Jitters – Synopsis

As a child, a girl manifests her anxiety in the form of an unwanted imaginary friend. Every time she finds herself in a situation which makes her anxious, a creepy and seemingly malevolent clown appears. The more she struggles to push him away, the stronger he gets. She has to find a way to release herself from his power in order to live her life without fear.

Jitters Trailer

Jitters Film Details

Genre: Dark Comedy

Duration: 6:53

Status: Released


Will she be able to rid herself of this oppressive presence as an adult?

Jitters Press Kit

Download the press kit here.

Jitters - Short film
Producer Paul Howard
Director Sara Jordan
ScreenwriterSara Jordan
1st AD / Script Supervisor Jemma Arnold
Director of Photography Frank Hammond
Raki Woken
GafferChris Wilson
Make-Up Fiona Stuteley
Sound Recordist Ben Taylor
Ben Woolley
WomanRachel Wright
ClownFreddie Maw
GirlLucy Howard

Film Critic Review


Jitters takes us into the day-to-day struggle of a young girl who is being pursued by a mysterious figure that seems intent on dominating her life through fear.  She describes for us her history with the presence, which began suddenly when she was very little.  This dark influence in her life is personified as a malevolent clown; one with deep, prominent wrinkles on his face and dark, glaring eyes, as if he is looking out from an eternal rage.  He is topped off with an old-fashioned bowler hat and completes the outfit with a flashing, light-up bow tie.  In short, he’s a terrifying presence for anyone of any age, but particularly to a youthful girl who is still prone to sleeping in between her parents whenever she’s given a scare.  There is nothing unusual about this type of childhood experience; so at first, we are inclined to not make too much of it.

There is a voice-over narration of a grown woman, telling us about it in a manner that communicates this is more significant than typical childhood fears.   

She tells us when it started and the effect that it had on what we understand to be the woman’s younger self.  The incidents become more and more alarming, such as when the clown suddenly appears, as the young woman is trying to spend time with a new boyfriend.  It can also be seen popping up on outings with her friends.  

The overall sense that we get, as the immediate shock wears off, is that this vision is isolating her within all of her relationships.  We can see the way in which even everyday activities, such as riding on the train, are suddenly turned into moments of fear and discomfort.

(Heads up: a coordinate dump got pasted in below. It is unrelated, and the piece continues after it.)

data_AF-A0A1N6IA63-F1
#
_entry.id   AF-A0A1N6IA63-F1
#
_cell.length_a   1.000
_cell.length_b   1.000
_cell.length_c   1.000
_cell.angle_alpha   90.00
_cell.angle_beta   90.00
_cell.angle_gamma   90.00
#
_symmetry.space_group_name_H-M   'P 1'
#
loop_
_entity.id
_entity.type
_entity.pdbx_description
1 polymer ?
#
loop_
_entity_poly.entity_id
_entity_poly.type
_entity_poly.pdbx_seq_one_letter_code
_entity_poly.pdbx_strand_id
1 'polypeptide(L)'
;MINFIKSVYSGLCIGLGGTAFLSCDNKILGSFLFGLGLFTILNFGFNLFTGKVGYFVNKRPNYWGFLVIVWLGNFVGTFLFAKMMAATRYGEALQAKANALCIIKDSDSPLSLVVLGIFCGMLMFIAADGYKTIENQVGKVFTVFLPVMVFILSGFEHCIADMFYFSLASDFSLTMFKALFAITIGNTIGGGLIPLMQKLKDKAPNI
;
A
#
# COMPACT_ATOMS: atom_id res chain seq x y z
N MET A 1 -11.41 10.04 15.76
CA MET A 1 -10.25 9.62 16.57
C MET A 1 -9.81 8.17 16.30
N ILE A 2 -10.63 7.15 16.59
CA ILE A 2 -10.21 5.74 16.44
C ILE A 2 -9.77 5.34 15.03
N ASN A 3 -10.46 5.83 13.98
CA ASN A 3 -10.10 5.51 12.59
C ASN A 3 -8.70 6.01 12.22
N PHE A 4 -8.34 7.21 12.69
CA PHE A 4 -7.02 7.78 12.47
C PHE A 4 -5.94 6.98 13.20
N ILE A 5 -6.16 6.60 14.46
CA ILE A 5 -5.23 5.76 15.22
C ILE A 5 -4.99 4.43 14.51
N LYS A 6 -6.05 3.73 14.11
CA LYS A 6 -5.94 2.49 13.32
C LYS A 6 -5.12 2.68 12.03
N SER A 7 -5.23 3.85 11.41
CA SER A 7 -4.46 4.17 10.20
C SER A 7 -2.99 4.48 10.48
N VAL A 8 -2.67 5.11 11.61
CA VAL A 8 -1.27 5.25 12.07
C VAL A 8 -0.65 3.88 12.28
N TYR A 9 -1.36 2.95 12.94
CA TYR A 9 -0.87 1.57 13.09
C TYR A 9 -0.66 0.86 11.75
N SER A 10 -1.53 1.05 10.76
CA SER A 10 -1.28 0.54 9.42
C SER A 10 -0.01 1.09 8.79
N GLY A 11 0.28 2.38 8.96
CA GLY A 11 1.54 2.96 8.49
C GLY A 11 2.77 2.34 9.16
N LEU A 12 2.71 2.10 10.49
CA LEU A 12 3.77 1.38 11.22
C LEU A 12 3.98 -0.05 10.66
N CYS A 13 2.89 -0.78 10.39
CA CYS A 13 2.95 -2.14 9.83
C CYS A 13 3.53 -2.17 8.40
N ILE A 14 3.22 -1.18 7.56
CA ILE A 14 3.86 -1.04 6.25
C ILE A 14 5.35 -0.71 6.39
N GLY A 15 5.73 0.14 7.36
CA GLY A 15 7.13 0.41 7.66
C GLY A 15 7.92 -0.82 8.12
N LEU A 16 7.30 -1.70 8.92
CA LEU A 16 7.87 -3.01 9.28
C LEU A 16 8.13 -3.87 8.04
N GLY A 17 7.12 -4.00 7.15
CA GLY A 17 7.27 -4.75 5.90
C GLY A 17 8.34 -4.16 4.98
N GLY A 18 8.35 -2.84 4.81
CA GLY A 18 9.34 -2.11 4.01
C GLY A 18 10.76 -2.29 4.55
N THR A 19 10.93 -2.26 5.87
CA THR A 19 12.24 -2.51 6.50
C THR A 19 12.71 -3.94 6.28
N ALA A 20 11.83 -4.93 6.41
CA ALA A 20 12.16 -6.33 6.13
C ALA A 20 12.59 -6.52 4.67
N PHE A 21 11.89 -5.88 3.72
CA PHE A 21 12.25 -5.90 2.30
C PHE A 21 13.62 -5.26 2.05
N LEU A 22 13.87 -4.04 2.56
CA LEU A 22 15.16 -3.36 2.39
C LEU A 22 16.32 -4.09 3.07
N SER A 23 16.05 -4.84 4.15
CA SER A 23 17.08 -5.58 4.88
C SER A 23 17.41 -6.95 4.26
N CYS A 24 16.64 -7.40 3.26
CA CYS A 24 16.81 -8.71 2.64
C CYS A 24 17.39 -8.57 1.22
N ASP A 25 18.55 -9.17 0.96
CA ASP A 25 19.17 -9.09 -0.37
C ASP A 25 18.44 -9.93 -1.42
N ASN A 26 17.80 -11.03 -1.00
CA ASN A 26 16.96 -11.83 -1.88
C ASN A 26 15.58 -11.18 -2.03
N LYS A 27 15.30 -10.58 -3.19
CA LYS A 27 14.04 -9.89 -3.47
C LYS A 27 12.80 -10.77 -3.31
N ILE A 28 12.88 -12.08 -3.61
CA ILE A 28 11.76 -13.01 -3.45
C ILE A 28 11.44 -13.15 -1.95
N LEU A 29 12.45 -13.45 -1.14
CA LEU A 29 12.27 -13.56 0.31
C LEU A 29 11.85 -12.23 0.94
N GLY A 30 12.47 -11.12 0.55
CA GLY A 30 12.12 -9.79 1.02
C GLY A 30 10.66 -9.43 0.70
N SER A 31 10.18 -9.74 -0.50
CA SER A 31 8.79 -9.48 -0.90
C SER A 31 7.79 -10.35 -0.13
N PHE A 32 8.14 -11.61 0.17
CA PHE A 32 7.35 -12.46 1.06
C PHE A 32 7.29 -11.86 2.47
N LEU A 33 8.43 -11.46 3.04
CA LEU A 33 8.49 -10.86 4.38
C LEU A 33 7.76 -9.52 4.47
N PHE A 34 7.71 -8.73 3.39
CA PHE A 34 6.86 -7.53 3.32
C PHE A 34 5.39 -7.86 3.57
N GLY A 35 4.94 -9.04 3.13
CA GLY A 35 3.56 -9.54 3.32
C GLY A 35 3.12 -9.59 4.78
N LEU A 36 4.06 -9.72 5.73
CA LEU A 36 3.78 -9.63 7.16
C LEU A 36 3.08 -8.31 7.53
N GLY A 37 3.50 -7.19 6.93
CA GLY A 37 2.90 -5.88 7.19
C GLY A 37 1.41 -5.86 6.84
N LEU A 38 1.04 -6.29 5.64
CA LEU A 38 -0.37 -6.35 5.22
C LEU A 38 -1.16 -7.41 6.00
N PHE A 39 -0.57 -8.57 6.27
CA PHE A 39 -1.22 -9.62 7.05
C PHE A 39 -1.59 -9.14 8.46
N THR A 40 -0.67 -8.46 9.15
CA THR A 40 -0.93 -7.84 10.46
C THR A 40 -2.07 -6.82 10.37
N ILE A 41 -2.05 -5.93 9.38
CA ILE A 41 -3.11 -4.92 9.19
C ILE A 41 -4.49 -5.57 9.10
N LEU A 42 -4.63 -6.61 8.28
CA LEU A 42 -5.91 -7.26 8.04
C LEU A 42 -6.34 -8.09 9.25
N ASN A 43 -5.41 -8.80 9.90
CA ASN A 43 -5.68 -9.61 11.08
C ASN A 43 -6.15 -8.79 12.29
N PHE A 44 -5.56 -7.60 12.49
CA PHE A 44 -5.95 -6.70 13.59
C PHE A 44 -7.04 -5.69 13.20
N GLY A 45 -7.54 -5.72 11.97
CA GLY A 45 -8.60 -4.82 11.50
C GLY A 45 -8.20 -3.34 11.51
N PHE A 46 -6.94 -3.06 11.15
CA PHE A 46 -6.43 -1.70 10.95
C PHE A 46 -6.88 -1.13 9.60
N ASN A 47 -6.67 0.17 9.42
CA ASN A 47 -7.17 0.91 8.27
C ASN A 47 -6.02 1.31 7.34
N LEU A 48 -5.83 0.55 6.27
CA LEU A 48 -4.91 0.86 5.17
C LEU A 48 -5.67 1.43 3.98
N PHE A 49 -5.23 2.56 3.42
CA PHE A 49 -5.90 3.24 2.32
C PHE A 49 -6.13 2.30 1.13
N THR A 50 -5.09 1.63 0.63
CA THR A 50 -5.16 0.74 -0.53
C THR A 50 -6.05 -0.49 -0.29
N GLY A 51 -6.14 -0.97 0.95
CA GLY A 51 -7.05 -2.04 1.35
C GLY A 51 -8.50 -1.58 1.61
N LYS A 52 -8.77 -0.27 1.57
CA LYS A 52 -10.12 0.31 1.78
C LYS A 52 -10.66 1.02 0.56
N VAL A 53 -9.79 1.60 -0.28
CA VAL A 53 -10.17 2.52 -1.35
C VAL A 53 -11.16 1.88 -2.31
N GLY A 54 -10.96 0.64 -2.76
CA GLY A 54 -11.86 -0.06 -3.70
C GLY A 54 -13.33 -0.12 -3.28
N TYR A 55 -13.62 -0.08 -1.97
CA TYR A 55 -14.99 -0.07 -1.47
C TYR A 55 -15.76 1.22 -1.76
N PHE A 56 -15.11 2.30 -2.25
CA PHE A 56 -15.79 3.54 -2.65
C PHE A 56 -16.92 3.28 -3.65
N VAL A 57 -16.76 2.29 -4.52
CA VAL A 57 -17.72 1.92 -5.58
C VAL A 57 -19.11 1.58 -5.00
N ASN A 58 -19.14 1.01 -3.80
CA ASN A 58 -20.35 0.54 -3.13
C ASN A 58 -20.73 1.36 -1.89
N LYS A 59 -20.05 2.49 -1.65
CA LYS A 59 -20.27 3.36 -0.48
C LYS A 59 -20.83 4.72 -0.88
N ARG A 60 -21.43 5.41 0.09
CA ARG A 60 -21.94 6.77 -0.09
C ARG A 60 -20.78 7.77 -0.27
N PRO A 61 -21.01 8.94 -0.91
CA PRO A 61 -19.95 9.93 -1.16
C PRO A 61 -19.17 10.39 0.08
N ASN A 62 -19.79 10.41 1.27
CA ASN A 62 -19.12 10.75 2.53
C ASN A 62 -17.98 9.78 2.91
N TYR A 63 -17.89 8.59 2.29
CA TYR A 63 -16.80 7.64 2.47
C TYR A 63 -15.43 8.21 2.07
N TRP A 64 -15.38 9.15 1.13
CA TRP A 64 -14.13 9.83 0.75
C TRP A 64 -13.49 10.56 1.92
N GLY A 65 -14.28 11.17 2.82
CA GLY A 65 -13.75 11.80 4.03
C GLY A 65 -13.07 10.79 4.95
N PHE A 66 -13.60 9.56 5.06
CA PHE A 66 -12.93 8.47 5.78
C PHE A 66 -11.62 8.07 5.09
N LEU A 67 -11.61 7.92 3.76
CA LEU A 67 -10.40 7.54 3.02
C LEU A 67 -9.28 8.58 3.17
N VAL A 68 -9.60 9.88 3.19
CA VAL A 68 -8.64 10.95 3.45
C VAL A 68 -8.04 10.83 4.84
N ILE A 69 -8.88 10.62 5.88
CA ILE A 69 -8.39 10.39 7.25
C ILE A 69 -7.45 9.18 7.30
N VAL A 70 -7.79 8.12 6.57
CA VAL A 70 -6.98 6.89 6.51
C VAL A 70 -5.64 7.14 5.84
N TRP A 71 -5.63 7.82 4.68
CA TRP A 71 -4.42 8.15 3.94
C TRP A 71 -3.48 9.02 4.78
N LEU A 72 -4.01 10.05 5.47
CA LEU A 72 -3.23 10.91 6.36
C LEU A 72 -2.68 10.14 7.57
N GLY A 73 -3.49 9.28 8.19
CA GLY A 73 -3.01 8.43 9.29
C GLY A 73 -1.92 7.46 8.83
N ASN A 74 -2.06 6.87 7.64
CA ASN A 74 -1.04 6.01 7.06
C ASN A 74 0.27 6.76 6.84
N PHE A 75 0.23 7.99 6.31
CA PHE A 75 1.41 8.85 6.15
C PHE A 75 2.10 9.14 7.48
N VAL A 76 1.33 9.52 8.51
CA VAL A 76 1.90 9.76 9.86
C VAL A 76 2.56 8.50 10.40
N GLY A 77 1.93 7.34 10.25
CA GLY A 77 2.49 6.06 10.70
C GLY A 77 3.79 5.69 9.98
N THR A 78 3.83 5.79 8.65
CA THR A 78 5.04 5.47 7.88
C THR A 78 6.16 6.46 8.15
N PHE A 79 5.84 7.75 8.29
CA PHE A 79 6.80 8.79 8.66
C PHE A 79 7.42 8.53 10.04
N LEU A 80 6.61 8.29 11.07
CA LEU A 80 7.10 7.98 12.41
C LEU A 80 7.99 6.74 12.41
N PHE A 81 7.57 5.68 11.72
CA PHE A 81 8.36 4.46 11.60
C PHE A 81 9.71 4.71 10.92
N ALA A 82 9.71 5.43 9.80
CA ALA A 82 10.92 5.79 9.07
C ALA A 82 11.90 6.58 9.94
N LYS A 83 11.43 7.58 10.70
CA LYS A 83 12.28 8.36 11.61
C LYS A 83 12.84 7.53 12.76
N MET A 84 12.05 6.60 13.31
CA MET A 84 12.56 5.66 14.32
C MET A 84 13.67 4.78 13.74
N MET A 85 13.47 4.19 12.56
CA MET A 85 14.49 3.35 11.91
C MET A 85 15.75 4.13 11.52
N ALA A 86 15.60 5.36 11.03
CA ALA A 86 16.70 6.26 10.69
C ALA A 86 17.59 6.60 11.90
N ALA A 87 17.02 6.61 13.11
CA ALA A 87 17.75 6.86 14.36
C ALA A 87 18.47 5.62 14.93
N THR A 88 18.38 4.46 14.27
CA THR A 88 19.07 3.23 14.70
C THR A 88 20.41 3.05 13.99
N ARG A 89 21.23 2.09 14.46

The alienating effect can finally be seen in the young woman.  She pulls back from social interaction and begins to spend most of her time laying around in her bed at home.  While the clown is still there, he is no longer filling her with jolts of fright and shock.  Rather, his presence is one of dread and despair.  He lays idle in spaces now, just looking on at her, as if to remind her that he is and always will be there.  The woman even describes him as whispering into her ear, constantly harassing her with the reassurance that he has complete control over her life.  We feel the woman’s frustration and torment as she describes the way in which the clown seems to get stronger any time she thinks about leaving her home.  This is about the turning point in the film when we realise this is not just a horror film about creepy clowns, but has something much deeper to say about a more tangible menace.  

She describes how a doctor provided her pills to help her cope with the experience, but they just seem to mute her feelings, without removing the image from her mind.  She says they simply just made the figure “blurry.”  We see her literally struggling with the creature now, as it becomes continually more and more overbearing, and we understand that he is a manifestation of her personal anxiety.  It is from a sense of deep defeat, or perhaps from just having no other available options, that the woman finally comes upon an approach that may free her from the thing that’s pushed her around for all of these years.  She decides to face it directly.  This is not to go to war with it, but rather to simply acknowledge and be ever aware of its presence, rather than repressing it and the feelings it brings about.  Suddenly, the being is stripped of its’ overpowering influence and becomes a grovelling mope, a shell of its previous insidiousness.   

This brings to mind the endings we often see in horror films that use a similar approach (Freddy Krueger was conquered in a similar fashion, for example), but it’s through this familiarity with the horror genre, that the real experience of dealing with anxiety is made tangible.  Audiences, who may find a more clinical explanation obtuse, will easily be able to understand the plight of the anxiety sufferer through this film’s visceral examination of it.  Bright colours and interesting compositions make the film a treat for the eyes as well, as we soak in different locations with the knowledge and expectation that we’ll soon be seeing the familiar menace around one of the corners.  A jazzy and slightly ethereal score sets a playful mood, even when the subject matter is turning to darker feelings.  The film’s primary goal of capturing and making relatable the experience of this condition is, without a doubt, a great success, and keeps us entertained along the way.

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